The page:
Anyway, in most industries not so plagued by workaholism I'd say include it. In the legal field I'd say it could go either way, and depends a lot on the culture of that particular employer. Might not wanna do it in NYC biglaw, for example, but some place that markets itself as a "lifestyle firm," would be a different story.

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pauperesq (Jul 13, 2017 - 3:14 pm)

Having served on the hiring committee of my previous firm, I was never impressed with any applicant's "interests" section. I barely ever read it. The only thing I cared about was "does this person's academic/work background fit our need?"

In fact, I've seen it hurt more people than it helps. Many people like to put "traveling" as an interest. We'd bring some of those people in for interviews and the partners would ask questions like "where have you traveled? where would you like to go? how frequently do you leave the country? any travel plans for the future?" To the applicant, it seems like they are engaging the interest and trying to make a connection. They aren't. Those are probing questions designed to figure out if you're committed to billing time at the firm or if you're going to be asking for three weeks of vacation time every year.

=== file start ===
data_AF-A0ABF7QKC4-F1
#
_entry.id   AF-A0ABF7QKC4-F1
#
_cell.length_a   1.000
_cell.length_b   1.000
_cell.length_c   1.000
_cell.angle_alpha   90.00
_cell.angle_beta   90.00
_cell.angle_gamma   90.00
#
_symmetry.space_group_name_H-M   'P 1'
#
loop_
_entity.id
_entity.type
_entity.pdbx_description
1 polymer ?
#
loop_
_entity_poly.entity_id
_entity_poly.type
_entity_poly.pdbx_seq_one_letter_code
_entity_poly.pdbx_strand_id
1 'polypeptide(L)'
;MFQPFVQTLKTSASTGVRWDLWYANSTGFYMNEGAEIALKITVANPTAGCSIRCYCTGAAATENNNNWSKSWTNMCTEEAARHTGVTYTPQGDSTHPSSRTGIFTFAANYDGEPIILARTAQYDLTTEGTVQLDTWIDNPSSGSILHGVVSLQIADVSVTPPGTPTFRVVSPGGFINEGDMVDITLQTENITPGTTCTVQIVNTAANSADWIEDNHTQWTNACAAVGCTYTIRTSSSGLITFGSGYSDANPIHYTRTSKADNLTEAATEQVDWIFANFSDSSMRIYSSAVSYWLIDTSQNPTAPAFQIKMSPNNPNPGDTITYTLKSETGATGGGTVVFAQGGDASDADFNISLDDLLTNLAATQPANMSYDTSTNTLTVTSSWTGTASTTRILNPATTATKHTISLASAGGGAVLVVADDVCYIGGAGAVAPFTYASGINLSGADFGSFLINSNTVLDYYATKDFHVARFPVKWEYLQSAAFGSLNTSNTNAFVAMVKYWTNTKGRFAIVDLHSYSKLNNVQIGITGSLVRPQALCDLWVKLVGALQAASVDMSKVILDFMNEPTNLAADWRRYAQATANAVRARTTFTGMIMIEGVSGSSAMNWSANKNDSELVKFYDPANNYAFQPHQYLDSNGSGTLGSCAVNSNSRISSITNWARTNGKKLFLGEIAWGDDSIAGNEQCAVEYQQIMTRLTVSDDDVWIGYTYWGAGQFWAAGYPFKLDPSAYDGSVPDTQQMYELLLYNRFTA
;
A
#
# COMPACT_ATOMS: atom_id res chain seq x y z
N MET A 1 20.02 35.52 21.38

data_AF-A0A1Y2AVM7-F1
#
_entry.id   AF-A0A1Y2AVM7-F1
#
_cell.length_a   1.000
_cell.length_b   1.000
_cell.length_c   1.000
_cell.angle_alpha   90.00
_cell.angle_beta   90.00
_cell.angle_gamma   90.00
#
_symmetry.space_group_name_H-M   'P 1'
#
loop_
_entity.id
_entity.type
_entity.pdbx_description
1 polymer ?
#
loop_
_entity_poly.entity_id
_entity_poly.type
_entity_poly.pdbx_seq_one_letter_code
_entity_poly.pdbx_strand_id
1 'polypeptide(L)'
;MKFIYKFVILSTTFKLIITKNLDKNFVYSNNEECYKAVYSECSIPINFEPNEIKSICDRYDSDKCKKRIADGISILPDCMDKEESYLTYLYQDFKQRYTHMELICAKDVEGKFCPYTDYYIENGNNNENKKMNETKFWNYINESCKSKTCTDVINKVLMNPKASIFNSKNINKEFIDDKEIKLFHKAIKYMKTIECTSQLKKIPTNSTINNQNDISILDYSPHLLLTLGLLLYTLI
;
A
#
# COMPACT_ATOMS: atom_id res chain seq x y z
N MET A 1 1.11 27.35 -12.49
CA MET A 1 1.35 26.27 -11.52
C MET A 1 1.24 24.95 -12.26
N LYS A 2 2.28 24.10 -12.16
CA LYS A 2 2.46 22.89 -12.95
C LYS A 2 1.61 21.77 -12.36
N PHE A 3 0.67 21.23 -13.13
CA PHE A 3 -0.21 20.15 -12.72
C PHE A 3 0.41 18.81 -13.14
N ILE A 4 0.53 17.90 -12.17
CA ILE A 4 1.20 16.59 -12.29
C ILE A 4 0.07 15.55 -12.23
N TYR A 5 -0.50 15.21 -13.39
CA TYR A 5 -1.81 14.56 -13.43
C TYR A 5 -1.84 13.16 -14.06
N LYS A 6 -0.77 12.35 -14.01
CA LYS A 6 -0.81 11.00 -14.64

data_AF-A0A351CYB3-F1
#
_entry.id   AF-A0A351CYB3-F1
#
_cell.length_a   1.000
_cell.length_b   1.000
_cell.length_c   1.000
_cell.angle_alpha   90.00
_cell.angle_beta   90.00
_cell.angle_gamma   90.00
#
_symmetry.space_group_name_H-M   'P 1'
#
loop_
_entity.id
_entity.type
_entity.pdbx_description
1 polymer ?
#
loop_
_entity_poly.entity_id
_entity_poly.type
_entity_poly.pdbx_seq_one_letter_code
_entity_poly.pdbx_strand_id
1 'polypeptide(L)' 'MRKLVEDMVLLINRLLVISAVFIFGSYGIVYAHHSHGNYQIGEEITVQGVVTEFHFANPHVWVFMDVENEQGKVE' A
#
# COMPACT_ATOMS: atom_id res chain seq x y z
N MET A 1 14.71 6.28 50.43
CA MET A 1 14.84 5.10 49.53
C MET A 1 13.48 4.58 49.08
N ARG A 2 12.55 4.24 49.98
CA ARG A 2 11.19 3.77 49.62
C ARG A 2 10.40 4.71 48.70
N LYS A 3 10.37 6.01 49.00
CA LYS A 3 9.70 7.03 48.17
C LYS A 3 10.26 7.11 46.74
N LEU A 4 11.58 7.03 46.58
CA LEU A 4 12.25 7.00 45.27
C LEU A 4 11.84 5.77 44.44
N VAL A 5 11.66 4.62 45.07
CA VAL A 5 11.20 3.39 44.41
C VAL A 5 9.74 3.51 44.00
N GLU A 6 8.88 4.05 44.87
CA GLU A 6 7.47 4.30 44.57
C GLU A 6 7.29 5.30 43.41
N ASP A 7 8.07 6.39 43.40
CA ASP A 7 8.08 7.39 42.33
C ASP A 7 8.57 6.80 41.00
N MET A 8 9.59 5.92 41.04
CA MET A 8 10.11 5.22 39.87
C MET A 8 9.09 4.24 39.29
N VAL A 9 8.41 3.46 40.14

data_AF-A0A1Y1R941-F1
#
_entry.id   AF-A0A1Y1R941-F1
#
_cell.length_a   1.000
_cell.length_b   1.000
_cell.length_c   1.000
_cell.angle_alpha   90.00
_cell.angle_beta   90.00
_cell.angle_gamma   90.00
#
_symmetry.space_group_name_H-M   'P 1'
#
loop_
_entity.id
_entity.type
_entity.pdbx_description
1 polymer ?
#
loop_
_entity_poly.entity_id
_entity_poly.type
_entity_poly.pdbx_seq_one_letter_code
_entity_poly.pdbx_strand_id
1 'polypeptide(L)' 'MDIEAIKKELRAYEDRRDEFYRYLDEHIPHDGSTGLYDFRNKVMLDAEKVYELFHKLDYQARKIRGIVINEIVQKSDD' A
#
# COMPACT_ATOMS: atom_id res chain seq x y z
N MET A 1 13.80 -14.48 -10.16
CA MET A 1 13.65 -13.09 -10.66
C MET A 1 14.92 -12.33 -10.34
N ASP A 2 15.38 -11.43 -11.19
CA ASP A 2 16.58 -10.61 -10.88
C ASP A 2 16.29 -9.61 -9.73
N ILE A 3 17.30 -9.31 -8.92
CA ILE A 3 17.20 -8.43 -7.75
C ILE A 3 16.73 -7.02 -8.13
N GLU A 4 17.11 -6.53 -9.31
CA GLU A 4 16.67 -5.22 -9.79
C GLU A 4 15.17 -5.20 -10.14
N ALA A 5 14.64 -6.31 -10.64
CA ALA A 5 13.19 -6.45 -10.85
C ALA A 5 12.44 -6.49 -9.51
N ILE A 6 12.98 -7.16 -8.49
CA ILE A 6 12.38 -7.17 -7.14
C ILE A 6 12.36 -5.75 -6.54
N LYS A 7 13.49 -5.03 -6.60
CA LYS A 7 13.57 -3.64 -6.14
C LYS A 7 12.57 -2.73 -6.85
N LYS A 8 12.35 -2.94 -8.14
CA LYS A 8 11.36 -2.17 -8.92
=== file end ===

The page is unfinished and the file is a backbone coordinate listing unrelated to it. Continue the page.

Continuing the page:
I'm sure they help in some cases but I wouldn't include it. If an interviewer really wants to know what you do outside of the office, they can ask at the interview.

Also, you're going to get called in for an interview because your experience fits the need, not because you and the hiring manager both like to ski.

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onehell (Jul 13, 2017 - 3:30 pm)

Whether to list it at all is debatable, but regardless of which side of that divide you're on it should be obvious that listing something like "travel" is a dumb idea. It's not a hobby or an interest. Almost everyone would enjoy travel if they had the time and funds. Might as well list "I like money and taking vacations," lol.